Always a tricky question and one that no one has ever really nailed down. Is it a percentage (or even all) of the intangibles in its stock price? Is it an approximation of the value of sales associated with people who purchase your goods mainly because they perceive you to be good or ethical? Or is it the amount of money a company is willing to forgo for reputational reasons?
If the answer is the latter, then a small number of banks value their reputations in the hundreds of millions of dollars.
The FT reports that a number of banks have ceased offering products that speculate in agricultural markets, citing reputation issues as the reason. With food prices rising in response to this year’s lower yields, many organisations have campaigned against financial speculation in food and other commodity markets. It seems that some banks have listened. This is in spite of the fact that the IMF and other international bodies have concluded that speculation in these markets is not driving up prices.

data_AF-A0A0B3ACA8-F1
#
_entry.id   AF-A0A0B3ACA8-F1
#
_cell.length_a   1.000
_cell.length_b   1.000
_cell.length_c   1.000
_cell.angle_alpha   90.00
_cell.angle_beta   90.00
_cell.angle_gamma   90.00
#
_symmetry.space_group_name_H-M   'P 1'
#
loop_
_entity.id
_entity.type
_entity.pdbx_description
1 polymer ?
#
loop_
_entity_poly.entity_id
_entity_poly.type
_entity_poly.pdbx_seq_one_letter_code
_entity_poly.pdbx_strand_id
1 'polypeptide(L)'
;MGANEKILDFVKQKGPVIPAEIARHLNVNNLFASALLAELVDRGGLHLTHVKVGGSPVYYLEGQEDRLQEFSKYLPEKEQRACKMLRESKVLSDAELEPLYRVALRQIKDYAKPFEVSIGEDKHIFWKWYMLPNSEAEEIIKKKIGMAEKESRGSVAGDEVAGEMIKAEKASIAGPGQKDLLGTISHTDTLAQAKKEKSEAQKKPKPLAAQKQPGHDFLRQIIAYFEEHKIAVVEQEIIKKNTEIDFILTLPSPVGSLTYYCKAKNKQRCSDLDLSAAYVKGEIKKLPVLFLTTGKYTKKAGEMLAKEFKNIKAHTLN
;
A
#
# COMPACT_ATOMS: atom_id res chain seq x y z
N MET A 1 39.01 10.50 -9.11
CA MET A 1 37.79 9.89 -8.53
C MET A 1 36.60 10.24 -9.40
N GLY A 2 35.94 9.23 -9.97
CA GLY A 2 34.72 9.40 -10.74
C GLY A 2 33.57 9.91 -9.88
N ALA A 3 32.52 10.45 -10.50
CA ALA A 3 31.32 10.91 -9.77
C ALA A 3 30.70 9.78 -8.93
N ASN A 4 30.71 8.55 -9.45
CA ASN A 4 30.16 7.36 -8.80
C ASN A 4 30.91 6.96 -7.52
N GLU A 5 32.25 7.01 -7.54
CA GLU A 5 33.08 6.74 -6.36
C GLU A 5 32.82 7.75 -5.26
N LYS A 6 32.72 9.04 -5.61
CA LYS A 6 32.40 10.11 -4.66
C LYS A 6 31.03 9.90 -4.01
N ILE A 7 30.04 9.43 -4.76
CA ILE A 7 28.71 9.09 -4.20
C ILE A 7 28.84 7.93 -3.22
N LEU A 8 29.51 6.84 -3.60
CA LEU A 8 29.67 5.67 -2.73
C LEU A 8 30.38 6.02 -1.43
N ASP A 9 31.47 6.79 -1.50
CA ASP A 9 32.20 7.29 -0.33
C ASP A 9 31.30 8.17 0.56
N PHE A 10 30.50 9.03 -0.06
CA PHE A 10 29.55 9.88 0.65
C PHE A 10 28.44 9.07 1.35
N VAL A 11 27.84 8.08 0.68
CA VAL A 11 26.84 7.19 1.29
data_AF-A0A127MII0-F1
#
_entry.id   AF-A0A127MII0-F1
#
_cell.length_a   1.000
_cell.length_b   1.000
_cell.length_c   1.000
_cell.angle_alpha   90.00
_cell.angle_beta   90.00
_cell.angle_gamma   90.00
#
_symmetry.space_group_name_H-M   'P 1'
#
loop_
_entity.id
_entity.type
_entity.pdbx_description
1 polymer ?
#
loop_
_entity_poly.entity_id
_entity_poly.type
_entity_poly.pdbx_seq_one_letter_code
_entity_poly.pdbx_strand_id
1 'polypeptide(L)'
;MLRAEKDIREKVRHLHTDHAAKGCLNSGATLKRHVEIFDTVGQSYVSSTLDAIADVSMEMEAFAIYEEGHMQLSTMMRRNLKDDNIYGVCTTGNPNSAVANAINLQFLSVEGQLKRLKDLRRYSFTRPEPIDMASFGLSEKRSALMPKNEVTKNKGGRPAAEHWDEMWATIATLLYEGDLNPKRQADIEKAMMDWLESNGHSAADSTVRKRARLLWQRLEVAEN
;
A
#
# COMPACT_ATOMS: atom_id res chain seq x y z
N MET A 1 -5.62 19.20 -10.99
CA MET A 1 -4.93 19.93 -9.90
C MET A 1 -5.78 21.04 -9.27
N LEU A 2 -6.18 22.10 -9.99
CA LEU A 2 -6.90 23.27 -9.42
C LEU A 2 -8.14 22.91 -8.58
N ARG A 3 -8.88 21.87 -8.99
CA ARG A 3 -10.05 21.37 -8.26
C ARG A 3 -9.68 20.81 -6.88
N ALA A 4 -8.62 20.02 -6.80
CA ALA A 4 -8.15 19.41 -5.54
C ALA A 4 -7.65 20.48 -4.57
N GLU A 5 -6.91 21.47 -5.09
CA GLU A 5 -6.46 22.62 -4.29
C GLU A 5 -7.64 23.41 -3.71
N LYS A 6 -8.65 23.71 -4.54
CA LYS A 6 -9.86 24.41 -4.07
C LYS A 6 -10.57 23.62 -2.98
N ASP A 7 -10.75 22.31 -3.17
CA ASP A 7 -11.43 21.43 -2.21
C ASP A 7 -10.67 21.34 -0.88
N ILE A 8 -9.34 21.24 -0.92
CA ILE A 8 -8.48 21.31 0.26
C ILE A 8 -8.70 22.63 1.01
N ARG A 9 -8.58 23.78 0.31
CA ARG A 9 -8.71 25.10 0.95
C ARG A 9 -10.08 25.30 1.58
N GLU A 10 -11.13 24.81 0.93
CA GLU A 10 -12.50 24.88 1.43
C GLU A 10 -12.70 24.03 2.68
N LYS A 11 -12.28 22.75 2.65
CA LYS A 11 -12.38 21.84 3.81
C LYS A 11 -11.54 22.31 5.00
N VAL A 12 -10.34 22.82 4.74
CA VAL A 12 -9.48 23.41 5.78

An executive at one German bank is quoted as saying that they will “be much more sensitive in future about [their] product range.”
Does this signal a shift in attitudes to reputation in the financial services industry? Perhaps. More importantly, it does help demonstrate, although not define, the very real monetary value of reputation.